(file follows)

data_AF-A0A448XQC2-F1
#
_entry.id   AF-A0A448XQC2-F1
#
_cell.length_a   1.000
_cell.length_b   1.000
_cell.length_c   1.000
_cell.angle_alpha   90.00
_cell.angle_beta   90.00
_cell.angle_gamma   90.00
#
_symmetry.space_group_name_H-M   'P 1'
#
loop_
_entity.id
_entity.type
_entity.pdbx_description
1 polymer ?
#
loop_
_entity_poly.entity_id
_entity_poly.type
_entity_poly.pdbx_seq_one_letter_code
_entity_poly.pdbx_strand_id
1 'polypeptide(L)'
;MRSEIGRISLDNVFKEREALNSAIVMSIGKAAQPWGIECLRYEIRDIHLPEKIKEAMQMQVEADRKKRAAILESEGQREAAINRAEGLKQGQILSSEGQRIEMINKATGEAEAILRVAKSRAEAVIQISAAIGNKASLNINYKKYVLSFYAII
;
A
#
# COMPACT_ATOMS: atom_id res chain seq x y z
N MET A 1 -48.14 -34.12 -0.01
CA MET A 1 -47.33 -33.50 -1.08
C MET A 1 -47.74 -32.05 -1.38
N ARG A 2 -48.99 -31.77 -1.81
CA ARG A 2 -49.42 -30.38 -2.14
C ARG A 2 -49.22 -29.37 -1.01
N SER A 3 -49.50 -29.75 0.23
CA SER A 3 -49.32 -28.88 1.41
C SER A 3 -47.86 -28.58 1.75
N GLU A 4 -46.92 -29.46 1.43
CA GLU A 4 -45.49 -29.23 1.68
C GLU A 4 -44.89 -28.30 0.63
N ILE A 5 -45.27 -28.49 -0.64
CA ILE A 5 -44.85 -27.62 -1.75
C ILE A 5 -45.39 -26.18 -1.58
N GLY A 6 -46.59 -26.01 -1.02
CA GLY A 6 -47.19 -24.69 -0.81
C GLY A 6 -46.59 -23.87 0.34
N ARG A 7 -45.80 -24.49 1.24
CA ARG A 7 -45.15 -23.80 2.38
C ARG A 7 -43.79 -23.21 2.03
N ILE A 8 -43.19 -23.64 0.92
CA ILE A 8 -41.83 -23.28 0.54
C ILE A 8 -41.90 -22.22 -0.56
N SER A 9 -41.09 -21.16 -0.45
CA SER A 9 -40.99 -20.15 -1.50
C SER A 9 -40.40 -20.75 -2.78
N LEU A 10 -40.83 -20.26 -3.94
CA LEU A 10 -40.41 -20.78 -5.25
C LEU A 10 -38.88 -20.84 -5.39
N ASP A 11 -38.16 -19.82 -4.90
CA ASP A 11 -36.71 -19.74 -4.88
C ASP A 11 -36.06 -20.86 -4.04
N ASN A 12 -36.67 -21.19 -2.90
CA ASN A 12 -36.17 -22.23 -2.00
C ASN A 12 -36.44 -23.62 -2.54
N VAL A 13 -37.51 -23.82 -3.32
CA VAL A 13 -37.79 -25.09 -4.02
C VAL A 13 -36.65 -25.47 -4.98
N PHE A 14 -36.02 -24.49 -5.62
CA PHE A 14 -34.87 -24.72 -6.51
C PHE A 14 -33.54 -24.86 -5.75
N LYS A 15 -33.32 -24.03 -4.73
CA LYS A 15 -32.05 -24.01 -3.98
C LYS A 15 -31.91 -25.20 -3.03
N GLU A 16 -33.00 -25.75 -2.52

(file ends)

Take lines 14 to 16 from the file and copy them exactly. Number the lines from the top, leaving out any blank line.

loop_
_entity.id
_entity.type